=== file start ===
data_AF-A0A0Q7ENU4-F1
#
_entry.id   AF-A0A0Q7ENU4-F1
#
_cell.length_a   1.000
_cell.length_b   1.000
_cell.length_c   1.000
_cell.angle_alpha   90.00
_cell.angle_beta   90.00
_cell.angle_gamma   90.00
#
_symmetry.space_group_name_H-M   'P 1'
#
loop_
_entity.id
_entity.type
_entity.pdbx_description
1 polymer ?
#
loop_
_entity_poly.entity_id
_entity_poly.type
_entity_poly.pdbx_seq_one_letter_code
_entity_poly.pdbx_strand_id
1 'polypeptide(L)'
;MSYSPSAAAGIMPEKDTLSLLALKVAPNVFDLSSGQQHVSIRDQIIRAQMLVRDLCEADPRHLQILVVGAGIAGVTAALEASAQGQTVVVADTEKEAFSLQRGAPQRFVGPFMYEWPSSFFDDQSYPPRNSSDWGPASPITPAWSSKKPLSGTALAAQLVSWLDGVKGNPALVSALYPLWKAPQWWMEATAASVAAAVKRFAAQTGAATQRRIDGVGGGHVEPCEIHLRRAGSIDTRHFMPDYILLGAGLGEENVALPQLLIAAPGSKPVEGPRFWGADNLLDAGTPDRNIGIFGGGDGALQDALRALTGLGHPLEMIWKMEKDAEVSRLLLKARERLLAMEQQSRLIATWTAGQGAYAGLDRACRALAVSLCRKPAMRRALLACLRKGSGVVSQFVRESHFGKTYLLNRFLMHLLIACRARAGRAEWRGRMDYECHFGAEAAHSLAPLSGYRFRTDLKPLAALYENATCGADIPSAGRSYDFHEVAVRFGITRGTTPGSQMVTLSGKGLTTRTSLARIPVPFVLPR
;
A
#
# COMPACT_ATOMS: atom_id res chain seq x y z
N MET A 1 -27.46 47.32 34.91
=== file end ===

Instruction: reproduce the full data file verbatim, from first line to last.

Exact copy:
data_AF-A0A0Q7ENU4-F1
#
_entry.id   AF-A0A0Q7ENU4-F1
#
_cell.length_a   1.000
_cell.length_b   1.000
_cell.length_c   1.000
_cell.angle_alpha   90.00
_cell.angle_beta   90.00
_cell.angle_gamma   90.00
#
_symmetry.space_group_name_H-M   'P 1'
#
loop_
_entity.id
_entity.type
_entity.pdbx_description
1 polymer ?
#
loop_
_entity_poly.entity_id
_entity_poly.type
_entity_poly.pdbx_seq_one_letter_code
_entity_poly.pdbx_strand_id
1 'polypeptide(L)'
;MSYSPSAAAGIMPEKDTLSLLALKVAPNVFDLSSGQQHVSIRDQIIRAQMLVRDLCEADPRHLQILVVGAGIAGVTAALEASAQGQTVVVADTEKEAFSLQRGAPQRFVGPFMYEWPSSFFDDQSYPPRNSSDWGPASPITPAWSSKKPLSGTALAAQLVSWLDGVKGNPALVSALYPLWKAPQWWMEATAASVAAAVKRFAAQTGAATQRRIDGVGGGHVEPCEIHLRRAGSIDTRHFMPDYILLGAGLGEENVALPQLLIAAPGSKPVEGPRFWGADNLLDAGTPDRNIGIFGGGDGALQDALRALTGLGHPLEMIWKMEKDAEVSRLLLKARERLLAMEQQSRLIATWTAGQGAYAGLDRACRALAVSLCRKPAMRRALLACLRKGSGVVSQFVRESHFGKTYLLNRFLMHLLIACRARAGRAEWRGRMDYECHFGAEAAHSLAPLSGYRFRTDLKPLAALYENATCGADIPSAGRSYDFHEVAVRFGITRGTTPGSQMVTLSGKGLTTRTSLARIPVPFVLPR
;
A
#
# COMPACT_ATOMS: atom_id res chain seq x y z
N MET A 1 -27.46 47.32 34.91